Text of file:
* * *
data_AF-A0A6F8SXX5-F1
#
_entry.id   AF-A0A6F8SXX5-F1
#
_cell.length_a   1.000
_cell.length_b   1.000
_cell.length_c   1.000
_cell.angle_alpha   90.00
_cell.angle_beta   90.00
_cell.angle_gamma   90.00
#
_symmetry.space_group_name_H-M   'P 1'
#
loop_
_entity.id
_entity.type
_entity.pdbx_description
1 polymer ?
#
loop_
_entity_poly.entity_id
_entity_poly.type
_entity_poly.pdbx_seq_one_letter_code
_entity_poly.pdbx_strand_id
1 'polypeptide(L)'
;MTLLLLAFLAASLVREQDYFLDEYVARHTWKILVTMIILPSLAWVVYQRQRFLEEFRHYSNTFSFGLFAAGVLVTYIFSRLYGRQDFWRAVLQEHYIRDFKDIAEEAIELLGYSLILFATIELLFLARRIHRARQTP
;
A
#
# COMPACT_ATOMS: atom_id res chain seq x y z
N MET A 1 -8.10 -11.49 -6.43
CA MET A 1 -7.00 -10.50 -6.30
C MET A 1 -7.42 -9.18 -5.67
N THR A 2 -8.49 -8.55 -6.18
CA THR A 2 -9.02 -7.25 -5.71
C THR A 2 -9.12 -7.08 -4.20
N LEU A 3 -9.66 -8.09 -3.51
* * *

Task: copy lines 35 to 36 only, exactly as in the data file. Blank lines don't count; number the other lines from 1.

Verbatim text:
CA THR A 2 -9.02 -7.25 -5.71
C THR A 2 -9.12 -7.08 -4.20